However, climate change never affects only one aspect of atmospheric forcing and given that, e.g., rainfall intensity and seasonality of water and energy availability has an impact on n, the assumption of constant n as climate changes may not be adequate. Moreover, one important aspect of climate change has not been touched upon at all in this study, which is the effect of rising atmospheric CO2 concentrations, which may have a lasting effect on n all by themselves, on top of their effect on local climate. For that reason, we advocate the inclusion of CO2 concentrations in any analysis of climate change effects on vegetation water use. Nevertheless, our finding that vegetation optimality tends to keep n close to a site-specific value serves as a strong motivation to investigate further what aspects of climate and physical catchment properties most likely affect this value, as such knowledge may enable robust predictions about changes to the water balance in response to climate change.
The VOM model code used in this study (version 0.6) is available on GitHub (https://github.com/schymans/VOM/tree/v0.6, Nijzink and Schymanski, 2020). The full analysis, including all scripts and data, is available on Renku (https://renkulab.io/projects/remko.nijzink/budyko, Nijzink and Schymanski, 2022a). The TUWmodel code is available at https://cran.r-project.org/web/packages/TUWmodel/ (last access: 10 February 2022, Parajka et al., 2007), the GR4J model code at https://cran.r-project.org/web/packages/ (last access: 10 February 2022, Perrin et al., 2003), and the FLEX model code at https://github.com/rcnijzink/flexsimple/ (last access: 10 February 2022, Fenicia et al., 2006; Nijzink, 2022).
The supplement related to this article is available online at: https://doi.org/10.5194/hess-26-6289-2022-supplement.
SJS and RCN designed the study. Simulations and analyses were carried out by RCN. SJS and RCN contributed to the final text.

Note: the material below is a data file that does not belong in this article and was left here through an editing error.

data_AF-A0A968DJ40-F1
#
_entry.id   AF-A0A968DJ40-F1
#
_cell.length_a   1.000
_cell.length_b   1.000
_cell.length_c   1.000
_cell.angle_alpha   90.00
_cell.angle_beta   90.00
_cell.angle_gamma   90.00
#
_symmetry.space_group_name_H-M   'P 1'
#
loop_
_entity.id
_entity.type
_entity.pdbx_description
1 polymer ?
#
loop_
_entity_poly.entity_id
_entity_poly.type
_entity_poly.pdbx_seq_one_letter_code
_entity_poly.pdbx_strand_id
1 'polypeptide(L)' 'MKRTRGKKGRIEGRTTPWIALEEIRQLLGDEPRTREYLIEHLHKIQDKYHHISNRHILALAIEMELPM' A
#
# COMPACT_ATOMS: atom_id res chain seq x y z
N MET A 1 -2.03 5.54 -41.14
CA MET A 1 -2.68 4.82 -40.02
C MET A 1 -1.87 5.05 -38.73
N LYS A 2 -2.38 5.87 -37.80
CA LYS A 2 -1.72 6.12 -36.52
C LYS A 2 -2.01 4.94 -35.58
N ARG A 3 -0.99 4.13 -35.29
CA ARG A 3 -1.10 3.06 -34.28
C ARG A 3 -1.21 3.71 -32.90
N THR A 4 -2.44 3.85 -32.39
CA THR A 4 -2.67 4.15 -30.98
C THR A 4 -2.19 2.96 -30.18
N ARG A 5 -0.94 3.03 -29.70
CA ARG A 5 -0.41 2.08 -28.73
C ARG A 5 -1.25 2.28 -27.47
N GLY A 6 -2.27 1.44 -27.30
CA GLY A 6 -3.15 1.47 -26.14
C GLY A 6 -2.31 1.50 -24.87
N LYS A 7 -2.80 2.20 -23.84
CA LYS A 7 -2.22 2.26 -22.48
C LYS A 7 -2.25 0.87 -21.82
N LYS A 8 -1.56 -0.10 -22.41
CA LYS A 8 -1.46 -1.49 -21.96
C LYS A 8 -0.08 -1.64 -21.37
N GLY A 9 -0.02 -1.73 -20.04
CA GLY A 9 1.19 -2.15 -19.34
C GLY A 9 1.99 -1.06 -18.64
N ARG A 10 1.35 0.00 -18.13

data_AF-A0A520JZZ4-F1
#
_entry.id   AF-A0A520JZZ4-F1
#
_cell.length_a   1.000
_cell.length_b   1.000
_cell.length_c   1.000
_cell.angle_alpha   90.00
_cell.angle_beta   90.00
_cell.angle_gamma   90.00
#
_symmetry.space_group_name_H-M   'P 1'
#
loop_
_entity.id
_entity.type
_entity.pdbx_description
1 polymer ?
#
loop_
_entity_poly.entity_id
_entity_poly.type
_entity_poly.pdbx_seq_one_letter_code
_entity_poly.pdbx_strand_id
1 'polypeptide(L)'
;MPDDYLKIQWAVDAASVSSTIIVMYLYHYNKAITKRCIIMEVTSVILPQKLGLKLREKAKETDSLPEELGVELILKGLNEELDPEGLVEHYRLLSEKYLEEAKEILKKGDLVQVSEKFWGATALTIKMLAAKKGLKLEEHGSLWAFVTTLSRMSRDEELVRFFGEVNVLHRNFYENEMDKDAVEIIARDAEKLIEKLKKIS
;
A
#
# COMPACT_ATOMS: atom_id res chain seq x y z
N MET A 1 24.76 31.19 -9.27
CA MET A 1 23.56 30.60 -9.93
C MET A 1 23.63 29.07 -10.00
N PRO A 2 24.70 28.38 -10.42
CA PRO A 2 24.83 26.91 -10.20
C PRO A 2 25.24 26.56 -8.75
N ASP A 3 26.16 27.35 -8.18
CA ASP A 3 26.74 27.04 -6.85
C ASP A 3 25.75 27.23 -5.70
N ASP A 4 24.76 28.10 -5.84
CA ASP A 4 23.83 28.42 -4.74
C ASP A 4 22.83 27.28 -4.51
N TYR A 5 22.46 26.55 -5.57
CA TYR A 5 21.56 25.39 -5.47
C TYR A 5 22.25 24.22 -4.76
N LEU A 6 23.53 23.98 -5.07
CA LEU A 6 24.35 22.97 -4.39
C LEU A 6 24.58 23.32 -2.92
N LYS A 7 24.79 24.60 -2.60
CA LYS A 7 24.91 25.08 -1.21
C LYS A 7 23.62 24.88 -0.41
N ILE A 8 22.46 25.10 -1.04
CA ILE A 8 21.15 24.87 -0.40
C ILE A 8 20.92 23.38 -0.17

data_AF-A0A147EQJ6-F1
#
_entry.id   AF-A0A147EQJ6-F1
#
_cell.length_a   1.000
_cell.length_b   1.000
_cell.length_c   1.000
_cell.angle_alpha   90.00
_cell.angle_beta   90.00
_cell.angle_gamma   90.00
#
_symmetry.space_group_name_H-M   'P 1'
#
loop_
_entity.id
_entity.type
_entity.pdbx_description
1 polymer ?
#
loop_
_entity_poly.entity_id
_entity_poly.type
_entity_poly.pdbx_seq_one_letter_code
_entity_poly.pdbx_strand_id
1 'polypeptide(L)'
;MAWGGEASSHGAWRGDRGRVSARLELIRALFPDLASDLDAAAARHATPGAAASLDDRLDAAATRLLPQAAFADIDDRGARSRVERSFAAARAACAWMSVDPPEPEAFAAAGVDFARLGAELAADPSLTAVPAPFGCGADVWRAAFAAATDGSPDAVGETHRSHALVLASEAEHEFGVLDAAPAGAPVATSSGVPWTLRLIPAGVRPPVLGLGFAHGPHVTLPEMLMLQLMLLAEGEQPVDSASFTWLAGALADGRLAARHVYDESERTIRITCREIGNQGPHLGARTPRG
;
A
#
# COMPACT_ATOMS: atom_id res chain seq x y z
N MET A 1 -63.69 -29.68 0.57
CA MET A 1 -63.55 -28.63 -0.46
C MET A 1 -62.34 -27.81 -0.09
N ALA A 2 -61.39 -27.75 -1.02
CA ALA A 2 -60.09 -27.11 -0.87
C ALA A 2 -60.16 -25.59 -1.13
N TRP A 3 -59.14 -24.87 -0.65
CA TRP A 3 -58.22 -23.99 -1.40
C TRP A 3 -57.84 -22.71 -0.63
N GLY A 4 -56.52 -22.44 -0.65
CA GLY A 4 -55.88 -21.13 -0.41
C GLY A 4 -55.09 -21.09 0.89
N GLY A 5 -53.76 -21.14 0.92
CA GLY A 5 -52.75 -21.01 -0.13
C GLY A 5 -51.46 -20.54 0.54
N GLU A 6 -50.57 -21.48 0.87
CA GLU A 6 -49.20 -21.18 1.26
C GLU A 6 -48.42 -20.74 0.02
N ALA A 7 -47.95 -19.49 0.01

At least one of the (co-)authors is a member of the editorial board of Hydrology and Earth System Sciences. The peer-review process was guided by an independent editor, and the authors also have no other competing interests to declare.
Publisher's note: Copernicus Publications remains neutral with regard to jurisdictional claims in published maps and institutional affiliations.
This study is part of the WAVE project funded by the Luxembourg National Research Fund (FNR) ATTRACT programme (A16/SR/11254288).
We acknowledge the TERN-OzFlux facility (http://data.ozflux.org.au/portal/home, last access: 9 February 2022). OzFlux was supported financially by the Australian Federal Government via the National Collaborative Research Infrastructure Scheme and the Education Investment Fund.
We thank the SILO Data Drill hosted by the Queensland Department of Environment and Science for providing the meteorological data (https://www.longpaddock.qld.gov.au/silo/, last access: 22 October 2020).
We acknowledge the Northern Territory Water Data Web Portal for the river discharge data (https://water.nt.gov.au/, last access: 10 February 2022).
We thank the Scripps CO2 program (https://scrippsco2.ucsd.edu/data/atmospheric_co2/primary_mlo_co2_record.html, last access: 10 January 2020) for the Mauna Loa Observatory records.
We thank NCAR for making the CAMELS data available (https://ral.ucar.edu/solutions/products/camels, last access: 9 February 2022).
We also thank CSIRO for the Soil and Landscape Grid of Australia (https://www.clw.csiro.au/aclep/soilandlandscapegrid/, last access: 1 April 2020).
This research has been supported by the Fonds National de la Recherche Luxembourg (grant no. A16/SR/11254288).
This paper was edited by Erwin Zehe and reviewed by two anonymous referees.